Questo è il thriller più spaventoso e "freddo" che vi sia mai capitato di leggere. Una straordinaria opera prima, i cui diritti cinematografici sono stati opzionati dal mitico Ridley Scott. Lasciatevi sprofondare nella gelida Russia del 1953, in pieno regime totalitario, un paese perfetto "dove il crimine non esiste". Il primo a non mettere in dubbio tutto questo à Leo Dimidov, ufficiale di polizia, eroe di guerra che ha sempre eseguito gli ordini del Partito: ma stavolta non gli riesce proprio: deve indagare ...
Questo è il thriller più spaventoso e "freddo" che vi sia mai capitato di leggere. Una straordinaria opera prima, i cui diritti cinematografici sono stati opzionati dal mitico Ridley Scott. Lasciatevi sprofondare nella gelida Russia del 1953, in pieno regime totalitario, un paese perfetto "dove il crimine non esiste". Il primo a non mettere in dubbio tutto questo à Leo Dimidov, ufficiale di polizia, eroe di guerra che ha sempre eseguito gli ordini del Partito: ma stavolta non gli riesce proprio: deve indagare sulla morte di un ragazzino che a lui non sembra per nulla un incidente. Ma non è facile cercare la verità da soli contro tutti e contro il tempo. Trasformato da predatore in preda, Leo comincia a scoprire realtà spaventose e viene messo di fronte a scelte impossibili (arrestare la moglie, o rinunciare alla propria vita...). Non si era mai letto un romanzo così teso, agghiacciante, perfetto. Ispirato ad una storia vera, un caso editoriale che ha messo in fibrillazione il mondo intero. Una rara commistione di scavo psicologico, eccellente scrittura e brivido allo stato puro.
Tom Rob Smith is a screenwriter and novelist whose literary debut, 2008's Child 44, inspired an intense bidding war at the London Book Fair. The well-received thriller was subsequently optioned by film director Ridley Scott.
After graduating from Cambridge University in 2001 and spending a year in Italy on a creative writing scholarship, Tom Rob Smith went to work writing scripts and storylines for British television. He lived for a while in Phnom Penh, working on Cambodia's first-ever soap opera and doing freelance screenwriting in his spare time.
While researching material for a film adaptation of a short story by British sci-fi writer Jeff Noon, Smith stumbled across the real-life case of "Rostov Ripper" Andrei Chikkatilo, a Russian serial killer who murdered more than 60 women and children in the 1980s. Chikkatilo's killing spree went unchecked for nearly 13 years, largely because Soviet officials refused to admit that crime existed in their perfect state. Intrigued, Smith recognized the potential of this concept as a work of fiction and worked up a script "treatment." His agent, however, suggested the material would be better showcased in a novel.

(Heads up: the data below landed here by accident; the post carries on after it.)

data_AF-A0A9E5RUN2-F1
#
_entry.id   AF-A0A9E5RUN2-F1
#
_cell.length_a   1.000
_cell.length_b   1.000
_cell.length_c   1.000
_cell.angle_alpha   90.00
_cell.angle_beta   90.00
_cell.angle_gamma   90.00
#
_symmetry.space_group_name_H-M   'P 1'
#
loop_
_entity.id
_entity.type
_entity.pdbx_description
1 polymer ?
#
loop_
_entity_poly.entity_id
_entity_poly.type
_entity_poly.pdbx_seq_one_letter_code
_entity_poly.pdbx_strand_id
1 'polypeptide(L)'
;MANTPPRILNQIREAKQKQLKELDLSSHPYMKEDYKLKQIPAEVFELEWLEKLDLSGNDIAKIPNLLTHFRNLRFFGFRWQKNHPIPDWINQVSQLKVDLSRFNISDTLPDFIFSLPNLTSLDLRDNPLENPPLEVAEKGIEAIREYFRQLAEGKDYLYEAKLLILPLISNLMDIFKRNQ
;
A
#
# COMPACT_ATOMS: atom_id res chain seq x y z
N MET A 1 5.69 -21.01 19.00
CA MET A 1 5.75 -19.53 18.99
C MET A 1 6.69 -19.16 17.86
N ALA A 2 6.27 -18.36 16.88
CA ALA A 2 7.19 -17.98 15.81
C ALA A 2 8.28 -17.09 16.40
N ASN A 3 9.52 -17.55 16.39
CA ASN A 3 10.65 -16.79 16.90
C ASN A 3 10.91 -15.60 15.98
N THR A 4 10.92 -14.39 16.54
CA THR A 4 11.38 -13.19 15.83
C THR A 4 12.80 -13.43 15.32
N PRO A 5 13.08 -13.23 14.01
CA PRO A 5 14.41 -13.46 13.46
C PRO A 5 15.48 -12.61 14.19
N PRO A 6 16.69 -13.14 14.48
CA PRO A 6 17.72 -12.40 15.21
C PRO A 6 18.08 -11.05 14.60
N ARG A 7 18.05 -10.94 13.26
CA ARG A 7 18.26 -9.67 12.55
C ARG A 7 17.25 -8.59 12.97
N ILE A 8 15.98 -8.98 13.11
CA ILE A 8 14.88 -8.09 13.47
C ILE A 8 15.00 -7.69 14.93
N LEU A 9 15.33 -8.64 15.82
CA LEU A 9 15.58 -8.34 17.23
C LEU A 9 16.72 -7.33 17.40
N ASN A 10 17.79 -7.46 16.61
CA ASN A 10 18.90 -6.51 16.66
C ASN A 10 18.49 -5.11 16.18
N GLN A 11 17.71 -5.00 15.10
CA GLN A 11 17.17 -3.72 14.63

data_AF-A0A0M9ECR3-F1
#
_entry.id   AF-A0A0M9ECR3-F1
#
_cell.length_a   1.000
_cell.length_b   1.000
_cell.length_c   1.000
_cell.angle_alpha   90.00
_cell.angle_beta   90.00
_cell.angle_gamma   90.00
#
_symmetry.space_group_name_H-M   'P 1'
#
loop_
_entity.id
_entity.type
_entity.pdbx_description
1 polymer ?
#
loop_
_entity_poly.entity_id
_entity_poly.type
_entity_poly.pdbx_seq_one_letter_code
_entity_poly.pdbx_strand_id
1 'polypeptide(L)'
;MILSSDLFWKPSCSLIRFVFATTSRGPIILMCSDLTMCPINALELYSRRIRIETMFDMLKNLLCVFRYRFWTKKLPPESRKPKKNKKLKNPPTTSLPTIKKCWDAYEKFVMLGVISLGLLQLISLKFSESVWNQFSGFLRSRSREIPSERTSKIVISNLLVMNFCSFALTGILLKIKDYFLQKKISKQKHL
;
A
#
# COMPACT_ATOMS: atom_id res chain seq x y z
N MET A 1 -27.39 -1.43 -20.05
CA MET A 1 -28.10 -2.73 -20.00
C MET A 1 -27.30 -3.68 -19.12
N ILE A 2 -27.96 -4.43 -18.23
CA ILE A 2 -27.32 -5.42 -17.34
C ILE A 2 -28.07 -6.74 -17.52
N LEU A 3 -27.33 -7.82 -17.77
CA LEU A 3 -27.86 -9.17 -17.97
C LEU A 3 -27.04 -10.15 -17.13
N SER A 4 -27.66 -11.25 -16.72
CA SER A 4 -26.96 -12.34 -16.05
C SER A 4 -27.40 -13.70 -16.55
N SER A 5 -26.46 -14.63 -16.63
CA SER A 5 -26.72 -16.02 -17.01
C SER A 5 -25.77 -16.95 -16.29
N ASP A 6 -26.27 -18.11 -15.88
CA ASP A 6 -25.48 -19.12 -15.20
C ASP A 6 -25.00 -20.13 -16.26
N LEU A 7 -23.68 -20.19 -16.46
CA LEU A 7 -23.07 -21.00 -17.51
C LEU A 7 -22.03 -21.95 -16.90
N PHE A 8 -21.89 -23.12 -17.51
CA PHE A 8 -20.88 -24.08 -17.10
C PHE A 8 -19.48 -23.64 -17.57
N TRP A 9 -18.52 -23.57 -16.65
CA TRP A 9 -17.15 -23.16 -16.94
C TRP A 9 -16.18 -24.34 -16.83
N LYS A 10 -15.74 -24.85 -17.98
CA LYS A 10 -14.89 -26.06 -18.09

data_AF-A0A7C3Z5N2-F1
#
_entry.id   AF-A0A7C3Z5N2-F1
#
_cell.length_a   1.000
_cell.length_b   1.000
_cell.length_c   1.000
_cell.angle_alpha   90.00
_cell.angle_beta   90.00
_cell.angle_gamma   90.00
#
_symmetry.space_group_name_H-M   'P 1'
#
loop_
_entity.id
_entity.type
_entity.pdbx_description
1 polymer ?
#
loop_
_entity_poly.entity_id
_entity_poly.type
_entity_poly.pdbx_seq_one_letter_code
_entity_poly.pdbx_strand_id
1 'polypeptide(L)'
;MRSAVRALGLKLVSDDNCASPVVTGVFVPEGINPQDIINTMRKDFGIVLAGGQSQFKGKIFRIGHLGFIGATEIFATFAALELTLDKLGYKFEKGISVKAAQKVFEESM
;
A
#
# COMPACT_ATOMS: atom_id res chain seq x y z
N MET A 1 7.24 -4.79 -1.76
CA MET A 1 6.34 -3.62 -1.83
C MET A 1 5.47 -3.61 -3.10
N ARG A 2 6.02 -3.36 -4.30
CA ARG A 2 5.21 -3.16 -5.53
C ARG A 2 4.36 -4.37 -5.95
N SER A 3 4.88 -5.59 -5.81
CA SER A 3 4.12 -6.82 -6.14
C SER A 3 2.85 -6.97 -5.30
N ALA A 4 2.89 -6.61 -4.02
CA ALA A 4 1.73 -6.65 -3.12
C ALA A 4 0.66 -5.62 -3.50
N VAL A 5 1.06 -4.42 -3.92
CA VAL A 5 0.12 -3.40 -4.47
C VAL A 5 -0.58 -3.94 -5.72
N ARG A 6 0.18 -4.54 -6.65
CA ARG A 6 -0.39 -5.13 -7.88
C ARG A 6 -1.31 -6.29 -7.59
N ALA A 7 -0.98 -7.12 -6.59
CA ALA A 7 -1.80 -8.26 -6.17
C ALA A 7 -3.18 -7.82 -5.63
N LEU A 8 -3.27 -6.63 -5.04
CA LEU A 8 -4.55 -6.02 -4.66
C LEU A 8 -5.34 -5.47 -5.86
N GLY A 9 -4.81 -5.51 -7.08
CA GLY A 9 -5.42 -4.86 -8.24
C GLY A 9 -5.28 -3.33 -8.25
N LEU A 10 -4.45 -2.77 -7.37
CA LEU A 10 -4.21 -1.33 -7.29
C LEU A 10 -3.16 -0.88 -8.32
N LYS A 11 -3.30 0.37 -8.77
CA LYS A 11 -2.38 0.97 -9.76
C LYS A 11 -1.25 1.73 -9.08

The result was Child 44, a gripping crime thriller about a Soviet policeman determined to stop a child serial killer his superiors won't even admit exists. Smith upped the action ante by setting the story in the Stalinist era of the 1950s, a period when opposing the state could cost you your life. And, in MGB officer Leo Stepanovich Demidov, he created the most fascinating Russian detective since Martin Cruz Smith's Arkady Renko.
Child 44 became the object of an intense bidding war at the 2007 London Book Fair. (The buzz only increased when director Ridley Scott bought the film rights.) But the book proved worthy of its hype, garnering glowing reviews on its publication in the spring of 2008. Scott Turow (no slouch in the thriller department himself) proclaimed, "Child 44 is a remarkable debut novel -- inventive, edgy and relentlessly gripping from the first page to the last."
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